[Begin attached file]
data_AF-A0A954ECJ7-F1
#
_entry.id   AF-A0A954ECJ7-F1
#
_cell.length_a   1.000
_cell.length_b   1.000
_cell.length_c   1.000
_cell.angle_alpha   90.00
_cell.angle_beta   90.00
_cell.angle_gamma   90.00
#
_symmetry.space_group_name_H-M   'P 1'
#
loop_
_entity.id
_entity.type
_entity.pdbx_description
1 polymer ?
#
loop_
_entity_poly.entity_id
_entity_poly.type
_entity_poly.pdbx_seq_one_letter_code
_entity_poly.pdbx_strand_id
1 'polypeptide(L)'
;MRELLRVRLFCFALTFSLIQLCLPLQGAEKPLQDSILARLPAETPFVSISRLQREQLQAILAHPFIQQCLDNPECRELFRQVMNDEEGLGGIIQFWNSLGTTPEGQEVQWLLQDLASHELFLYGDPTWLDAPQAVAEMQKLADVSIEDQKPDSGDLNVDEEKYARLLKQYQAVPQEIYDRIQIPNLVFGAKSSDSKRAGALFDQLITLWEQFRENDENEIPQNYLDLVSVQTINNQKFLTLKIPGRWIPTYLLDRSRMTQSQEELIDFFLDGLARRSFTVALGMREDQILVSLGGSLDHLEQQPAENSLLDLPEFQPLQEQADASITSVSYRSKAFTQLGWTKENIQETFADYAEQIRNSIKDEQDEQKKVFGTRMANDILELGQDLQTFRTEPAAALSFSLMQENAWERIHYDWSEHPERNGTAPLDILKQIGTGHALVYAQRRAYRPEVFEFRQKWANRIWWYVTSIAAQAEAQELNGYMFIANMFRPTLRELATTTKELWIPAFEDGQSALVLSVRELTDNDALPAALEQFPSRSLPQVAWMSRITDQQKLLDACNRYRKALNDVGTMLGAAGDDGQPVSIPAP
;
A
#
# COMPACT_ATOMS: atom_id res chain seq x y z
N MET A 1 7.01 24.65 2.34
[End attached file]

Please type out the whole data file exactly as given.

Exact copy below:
data_AF-A0A954ECJ7-F1
#
_entry.id   AF-A0A954ECJ7-F1
#
_cell.length_a   1.000
_cell.length_b   1.000
_cell.length_c   1.000
_cell.angle_alpha   90.00
_cell.angle_beta   90.00
_cell.angle_gamma   90.00
#
_symmetry.space_group_name_H-M   'P 1'
#
loop_
_entity.id
_entity.type
_entity.pdbx_description
1 polymer ?
#
loop_
_entity_poly.entity_id
_entity_poly.type
_entity_poly.pdbx_seq_one_letter_code
_entity_poly.pdbx_strand_id
1 'polypeptide(L)'
;MRELLRVRLFCFALTFSLIQLCLPLQGAEKPLQDSILARLPAETPFVSISRLQREQLQAILAHPFIQQCLDNPECRELFRQVMNDEEGLGGIIQFWNSLGTTPEGQEVQWLLQDLASHELFLYGDPTWLDAPQAVAEMQKLADVSIEDQKPDSGDLNVDEEKYARLLKQYQAVPQEIYDRIQIPNLVFGAKSSDSKRAGALFDQLITLWEQFRENDENEIPQNYLDLVSVQTINNQKFLTLKIPGRWIPTYLLDRSRMTQSQEELIDFFLDGLARRSFTVALGMREDQILVSLGGSLDHLEQQPAENSLLDLPEFQPLQEQADASITSVSYRSKAFTQLGWTKENIQETFADYAEQIRNSIKDEQDEQKKVFGTRMANDILELGQDLQTFRTEPAAALSFSLMQENAWERIHYDWSEHPERNGTAPLDILKQIGTGHALVYAQRRAYRPEVFEFRQKWANRIWWYVTSIAAQAEAQELNGYMFIANMFRPTLRELATTTKELWIPAFEDGQSALVLSVRELTDNDALPAALEQFPSRSLPQVAWMSRITDQQKLLDACNRYRKALNDVGTMLGAAGDDGQPVSIPAP
;
A
#
# COMPACT_ATOMS: atom_id res chain seq x y z
N MET A 1 7.01 24.65 2.34